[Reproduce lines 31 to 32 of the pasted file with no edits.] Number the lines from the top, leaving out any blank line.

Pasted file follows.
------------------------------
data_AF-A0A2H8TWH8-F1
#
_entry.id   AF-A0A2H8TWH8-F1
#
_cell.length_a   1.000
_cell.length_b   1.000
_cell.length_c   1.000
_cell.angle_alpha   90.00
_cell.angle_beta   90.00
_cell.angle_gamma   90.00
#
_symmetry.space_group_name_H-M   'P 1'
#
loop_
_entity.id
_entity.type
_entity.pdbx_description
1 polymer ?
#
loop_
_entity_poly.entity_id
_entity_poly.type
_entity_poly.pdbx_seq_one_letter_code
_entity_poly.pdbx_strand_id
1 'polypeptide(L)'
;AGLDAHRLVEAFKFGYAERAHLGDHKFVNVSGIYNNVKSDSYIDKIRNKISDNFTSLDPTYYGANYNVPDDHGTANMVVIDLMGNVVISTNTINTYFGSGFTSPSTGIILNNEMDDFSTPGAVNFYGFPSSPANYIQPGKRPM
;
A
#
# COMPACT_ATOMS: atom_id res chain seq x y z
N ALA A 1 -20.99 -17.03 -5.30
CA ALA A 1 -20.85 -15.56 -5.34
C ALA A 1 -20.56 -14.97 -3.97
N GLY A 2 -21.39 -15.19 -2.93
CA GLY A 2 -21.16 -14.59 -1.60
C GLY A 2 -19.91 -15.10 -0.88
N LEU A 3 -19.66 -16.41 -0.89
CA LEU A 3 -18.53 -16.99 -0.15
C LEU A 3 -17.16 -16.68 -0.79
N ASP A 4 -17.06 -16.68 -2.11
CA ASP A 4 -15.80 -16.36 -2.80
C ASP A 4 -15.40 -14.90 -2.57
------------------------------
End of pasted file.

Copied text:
N ALA A 1 -20.99 -17.03 -5.30
CA ALA A 1 -20.85 -15.56 -5.34